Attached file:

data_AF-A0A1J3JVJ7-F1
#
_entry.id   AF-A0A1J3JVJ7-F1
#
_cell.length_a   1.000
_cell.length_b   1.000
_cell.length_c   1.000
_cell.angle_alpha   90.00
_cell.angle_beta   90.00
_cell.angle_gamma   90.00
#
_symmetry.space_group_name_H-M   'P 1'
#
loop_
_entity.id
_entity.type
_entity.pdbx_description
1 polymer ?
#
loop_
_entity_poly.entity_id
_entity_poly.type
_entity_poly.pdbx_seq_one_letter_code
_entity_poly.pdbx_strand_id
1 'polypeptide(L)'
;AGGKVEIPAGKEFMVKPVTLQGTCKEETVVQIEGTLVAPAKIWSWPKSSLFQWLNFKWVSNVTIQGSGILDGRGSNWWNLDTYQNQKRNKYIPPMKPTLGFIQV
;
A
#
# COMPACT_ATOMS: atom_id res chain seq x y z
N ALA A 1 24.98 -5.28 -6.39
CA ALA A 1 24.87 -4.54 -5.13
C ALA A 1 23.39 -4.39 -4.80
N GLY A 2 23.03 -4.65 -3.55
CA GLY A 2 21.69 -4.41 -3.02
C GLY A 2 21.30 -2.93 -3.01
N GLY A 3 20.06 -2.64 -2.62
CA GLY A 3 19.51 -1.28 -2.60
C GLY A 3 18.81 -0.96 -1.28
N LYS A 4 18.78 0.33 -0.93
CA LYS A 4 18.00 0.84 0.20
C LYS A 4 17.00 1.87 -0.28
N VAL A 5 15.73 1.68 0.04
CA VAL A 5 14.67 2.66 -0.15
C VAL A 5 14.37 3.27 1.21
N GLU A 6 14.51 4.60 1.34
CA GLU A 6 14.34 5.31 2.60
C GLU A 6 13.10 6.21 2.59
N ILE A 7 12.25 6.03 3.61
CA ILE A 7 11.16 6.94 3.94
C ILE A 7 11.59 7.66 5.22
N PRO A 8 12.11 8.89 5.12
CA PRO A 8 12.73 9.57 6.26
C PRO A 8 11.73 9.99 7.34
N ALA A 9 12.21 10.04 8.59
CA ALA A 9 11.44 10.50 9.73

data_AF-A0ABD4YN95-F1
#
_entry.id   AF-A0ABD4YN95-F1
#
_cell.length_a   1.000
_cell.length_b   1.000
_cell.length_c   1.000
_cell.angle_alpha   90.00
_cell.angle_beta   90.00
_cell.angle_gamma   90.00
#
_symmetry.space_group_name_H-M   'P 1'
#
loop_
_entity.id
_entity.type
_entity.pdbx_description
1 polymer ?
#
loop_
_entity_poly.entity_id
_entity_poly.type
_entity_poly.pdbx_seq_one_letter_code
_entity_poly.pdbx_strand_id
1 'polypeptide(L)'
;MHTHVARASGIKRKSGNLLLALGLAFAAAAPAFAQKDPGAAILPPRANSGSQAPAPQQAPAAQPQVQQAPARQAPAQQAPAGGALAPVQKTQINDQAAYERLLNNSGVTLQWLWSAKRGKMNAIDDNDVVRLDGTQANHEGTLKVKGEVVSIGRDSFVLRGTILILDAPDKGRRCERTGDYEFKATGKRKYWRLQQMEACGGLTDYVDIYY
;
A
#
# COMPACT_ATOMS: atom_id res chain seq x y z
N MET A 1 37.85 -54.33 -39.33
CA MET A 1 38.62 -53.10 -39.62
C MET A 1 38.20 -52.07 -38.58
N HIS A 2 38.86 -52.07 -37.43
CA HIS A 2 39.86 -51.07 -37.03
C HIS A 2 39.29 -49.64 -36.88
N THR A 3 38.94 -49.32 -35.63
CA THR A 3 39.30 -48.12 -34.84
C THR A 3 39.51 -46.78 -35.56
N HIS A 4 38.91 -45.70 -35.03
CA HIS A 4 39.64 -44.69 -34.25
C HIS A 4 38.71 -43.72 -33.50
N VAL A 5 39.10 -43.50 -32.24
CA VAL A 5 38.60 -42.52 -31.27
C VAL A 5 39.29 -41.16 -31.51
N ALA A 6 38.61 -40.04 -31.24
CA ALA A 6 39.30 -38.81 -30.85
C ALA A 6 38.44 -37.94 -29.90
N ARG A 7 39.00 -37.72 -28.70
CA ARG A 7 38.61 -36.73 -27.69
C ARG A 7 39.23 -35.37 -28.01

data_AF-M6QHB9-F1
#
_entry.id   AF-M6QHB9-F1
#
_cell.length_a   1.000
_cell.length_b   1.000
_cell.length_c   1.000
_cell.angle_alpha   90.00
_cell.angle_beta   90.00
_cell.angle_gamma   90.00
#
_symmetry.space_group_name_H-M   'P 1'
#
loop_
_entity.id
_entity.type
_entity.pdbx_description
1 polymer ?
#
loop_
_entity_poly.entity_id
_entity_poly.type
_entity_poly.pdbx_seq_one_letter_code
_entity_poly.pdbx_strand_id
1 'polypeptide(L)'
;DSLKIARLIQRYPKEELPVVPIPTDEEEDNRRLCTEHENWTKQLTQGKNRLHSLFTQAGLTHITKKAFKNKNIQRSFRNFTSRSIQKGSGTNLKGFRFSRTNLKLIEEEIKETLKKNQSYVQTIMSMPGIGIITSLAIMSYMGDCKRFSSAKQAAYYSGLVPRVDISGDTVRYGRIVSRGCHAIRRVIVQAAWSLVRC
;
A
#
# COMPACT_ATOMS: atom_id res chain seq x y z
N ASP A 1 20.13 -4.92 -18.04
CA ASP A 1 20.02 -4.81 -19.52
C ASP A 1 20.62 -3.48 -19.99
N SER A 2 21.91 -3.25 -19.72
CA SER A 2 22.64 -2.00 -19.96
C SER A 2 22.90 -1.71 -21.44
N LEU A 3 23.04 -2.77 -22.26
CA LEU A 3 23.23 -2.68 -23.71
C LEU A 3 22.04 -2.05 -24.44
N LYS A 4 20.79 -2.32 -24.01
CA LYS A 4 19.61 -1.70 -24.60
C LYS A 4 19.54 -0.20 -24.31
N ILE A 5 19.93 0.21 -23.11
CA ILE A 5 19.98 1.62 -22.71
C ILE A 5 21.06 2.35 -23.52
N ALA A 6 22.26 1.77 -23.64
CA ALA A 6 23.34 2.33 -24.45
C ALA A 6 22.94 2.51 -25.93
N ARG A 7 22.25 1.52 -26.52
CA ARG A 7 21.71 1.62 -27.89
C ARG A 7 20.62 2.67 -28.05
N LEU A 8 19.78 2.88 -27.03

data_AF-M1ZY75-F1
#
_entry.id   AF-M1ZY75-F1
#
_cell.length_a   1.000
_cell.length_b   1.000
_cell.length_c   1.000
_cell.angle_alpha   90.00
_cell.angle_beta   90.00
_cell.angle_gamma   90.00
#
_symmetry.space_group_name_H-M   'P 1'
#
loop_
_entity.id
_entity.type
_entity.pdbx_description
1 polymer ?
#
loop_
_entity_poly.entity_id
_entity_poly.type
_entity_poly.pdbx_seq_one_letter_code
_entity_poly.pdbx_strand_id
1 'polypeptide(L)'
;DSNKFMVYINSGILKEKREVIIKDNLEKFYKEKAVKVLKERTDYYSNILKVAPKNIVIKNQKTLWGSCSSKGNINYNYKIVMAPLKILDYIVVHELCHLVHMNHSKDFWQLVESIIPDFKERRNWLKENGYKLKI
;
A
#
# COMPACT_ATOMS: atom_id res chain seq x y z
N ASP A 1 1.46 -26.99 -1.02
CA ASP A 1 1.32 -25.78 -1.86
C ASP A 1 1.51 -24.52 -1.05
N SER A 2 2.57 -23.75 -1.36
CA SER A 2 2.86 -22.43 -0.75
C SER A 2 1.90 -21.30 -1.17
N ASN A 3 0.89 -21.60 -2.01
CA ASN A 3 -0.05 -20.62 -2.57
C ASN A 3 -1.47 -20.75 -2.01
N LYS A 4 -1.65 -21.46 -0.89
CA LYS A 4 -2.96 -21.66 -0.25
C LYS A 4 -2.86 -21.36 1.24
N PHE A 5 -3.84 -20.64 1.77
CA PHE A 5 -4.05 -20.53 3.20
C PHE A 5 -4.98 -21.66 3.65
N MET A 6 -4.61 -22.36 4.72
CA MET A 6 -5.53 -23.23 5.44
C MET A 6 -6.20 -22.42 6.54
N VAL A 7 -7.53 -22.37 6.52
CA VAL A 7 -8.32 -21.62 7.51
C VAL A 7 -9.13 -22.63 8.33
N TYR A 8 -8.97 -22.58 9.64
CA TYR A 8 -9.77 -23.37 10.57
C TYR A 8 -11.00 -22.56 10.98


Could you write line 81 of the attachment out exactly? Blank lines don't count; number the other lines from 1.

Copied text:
1 'polypeptide(L)'